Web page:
Listen, my dear brothers: Has not God chosen those who are poor in the eyes of the world to be rich in faith and to inherit the kingdom he promised those who love him? (James 2:5 NIV)
During the centuries since Pentecost the path of true Christianity has paralleled pretty closely the path Jesus walked when He was here on earth: it was to be rejected by the great and accepted by the lowly. The institutionalized church has certainly not been poor, nor has she lacked for great and mighty men to swell her membership. But this great church has had no power. Almost always the approval of God has rested upon small and marginal groups whose members were scorned while they lived and managed to gain acceptance only after they had been safely dead several score years.
Today we evangelicals are showing signs that we are becoming too rich and too prominent for our own good. With a curious disregard for the lessons of history we are busy fighting for recognition by the world and acceptance by society. And we are winning both. The great and the mighty are now looking our way. The world seems about to come over and join us. Of course we must make some concessions, but these have almost all been made already except for a bit of compromising here and there on such matters as verbal inspiration, special creation, separation and religious tolerance.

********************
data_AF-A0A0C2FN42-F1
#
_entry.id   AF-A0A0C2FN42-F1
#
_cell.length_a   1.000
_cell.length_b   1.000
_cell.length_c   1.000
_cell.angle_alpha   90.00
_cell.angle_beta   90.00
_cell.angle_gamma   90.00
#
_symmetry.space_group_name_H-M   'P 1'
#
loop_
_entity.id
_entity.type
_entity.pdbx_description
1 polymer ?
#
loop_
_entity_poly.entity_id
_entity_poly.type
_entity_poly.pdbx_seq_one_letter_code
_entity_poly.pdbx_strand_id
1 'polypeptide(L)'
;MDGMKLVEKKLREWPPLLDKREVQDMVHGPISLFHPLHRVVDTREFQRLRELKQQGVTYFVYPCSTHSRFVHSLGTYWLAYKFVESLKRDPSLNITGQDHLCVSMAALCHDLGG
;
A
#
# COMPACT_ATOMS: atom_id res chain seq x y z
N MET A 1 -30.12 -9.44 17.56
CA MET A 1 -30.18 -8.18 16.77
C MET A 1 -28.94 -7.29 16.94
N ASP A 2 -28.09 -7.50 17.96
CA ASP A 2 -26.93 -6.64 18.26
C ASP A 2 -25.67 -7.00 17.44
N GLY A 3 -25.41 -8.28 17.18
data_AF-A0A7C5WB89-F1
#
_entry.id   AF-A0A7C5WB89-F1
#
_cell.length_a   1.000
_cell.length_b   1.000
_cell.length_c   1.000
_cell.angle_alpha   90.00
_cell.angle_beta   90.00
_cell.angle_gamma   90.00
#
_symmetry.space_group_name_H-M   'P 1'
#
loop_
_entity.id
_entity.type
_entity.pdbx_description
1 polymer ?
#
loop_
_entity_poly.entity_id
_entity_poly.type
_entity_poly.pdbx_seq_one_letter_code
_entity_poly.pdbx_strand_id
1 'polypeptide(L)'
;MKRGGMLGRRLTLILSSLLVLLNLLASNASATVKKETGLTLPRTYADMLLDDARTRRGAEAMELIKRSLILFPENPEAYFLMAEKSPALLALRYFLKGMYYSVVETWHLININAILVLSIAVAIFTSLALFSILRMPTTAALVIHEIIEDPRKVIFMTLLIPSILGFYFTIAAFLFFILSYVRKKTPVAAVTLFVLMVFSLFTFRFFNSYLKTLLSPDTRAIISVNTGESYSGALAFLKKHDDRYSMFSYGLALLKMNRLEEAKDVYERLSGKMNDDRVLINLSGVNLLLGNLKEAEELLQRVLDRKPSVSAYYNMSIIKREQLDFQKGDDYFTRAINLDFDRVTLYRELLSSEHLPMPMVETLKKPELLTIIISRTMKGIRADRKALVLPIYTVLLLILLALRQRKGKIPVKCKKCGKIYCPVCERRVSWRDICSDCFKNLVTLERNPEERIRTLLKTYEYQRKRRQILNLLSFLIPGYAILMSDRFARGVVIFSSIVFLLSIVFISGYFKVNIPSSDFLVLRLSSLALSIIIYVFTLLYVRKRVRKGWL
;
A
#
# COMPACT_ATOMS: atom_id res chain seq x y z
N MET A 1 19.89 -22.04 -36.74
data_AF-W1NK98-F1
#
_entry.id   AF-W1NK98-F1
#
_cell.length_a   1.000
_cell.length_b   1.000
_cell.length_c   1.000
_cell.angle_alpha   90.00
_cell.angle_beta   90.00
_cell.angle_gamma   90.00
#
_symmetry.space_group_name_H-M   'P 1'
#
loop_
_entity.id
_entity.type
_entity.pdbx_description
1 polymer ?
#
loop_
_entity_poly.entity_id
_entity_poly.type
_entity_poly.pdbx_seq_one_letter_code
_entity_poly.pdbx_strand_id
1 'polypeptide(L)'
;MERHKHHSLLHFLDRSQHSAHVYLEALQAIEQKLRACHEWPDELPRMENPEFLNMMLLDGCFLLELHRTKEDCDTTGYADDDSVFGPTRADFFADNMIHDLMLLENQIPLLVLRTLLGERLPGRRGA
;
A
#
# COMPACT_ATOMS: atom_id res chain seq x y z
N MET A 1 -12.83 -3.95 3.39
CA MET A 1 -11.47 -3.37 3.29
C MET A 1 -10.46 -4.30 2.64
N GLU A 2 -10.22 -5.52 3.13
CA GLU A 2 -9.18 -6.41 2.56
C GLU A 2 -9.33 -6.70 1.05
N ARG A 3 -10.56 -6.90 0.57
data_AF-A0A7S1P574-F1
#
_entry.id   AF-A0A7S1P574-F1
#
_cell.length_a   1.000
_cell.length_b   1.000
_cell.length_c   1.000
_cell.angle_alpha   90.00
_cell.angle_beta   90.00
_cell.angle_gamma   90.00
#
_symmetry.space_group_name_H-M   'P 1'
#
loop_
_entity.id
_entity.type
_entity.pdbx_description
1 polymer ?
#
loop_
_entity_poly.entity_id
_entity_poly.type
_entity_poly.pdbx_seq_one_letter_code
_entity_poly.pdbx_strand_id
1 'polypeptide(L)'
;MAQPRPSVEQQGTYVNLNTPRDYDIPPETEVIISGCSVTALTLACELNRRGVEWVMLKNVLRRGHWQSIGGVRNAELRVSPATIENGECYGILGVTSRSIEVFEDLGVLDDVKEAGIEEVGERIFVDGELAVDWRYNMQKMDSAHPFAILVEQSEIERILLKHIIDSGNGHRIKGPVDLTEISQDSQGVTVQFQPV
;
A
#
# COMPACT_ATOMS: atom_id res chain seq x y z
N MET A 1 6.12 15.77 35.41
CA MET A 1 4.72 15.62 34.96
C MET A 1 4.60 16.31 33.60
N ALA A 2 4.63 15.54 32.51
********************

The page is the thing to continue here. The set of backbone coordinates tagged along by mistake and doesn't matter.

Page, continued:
Evangelical Christianity is fast becoming the religion of the bourgeoisie. The well-to-do, the upper middle classes, the politically prominent, the celebrities are accepting our religion by the thousands and parking their expensive cars outside our church doors, to the uncontrollable glee of our religious leaders who seem completely blind to the fact that the vast majority of these new patrons of the Lord of glory have not altered their moral habits in the slightest nor given any evidence of true conversion that would have been accepted by the saintly fathers who built the churches.
Yes, history is a great teacher, but she cannot teach those who do not want to learn. And apparently we do not.
Lord, forgive me for sometimes confusing spiritual prosperity with other kinds.
Human exteriors cultural, physical, economic are extremely deceptive. It is the heart that counts. Whether or not Christ is enthroned in the heart determines the spiritual value of a person.
Used with Permission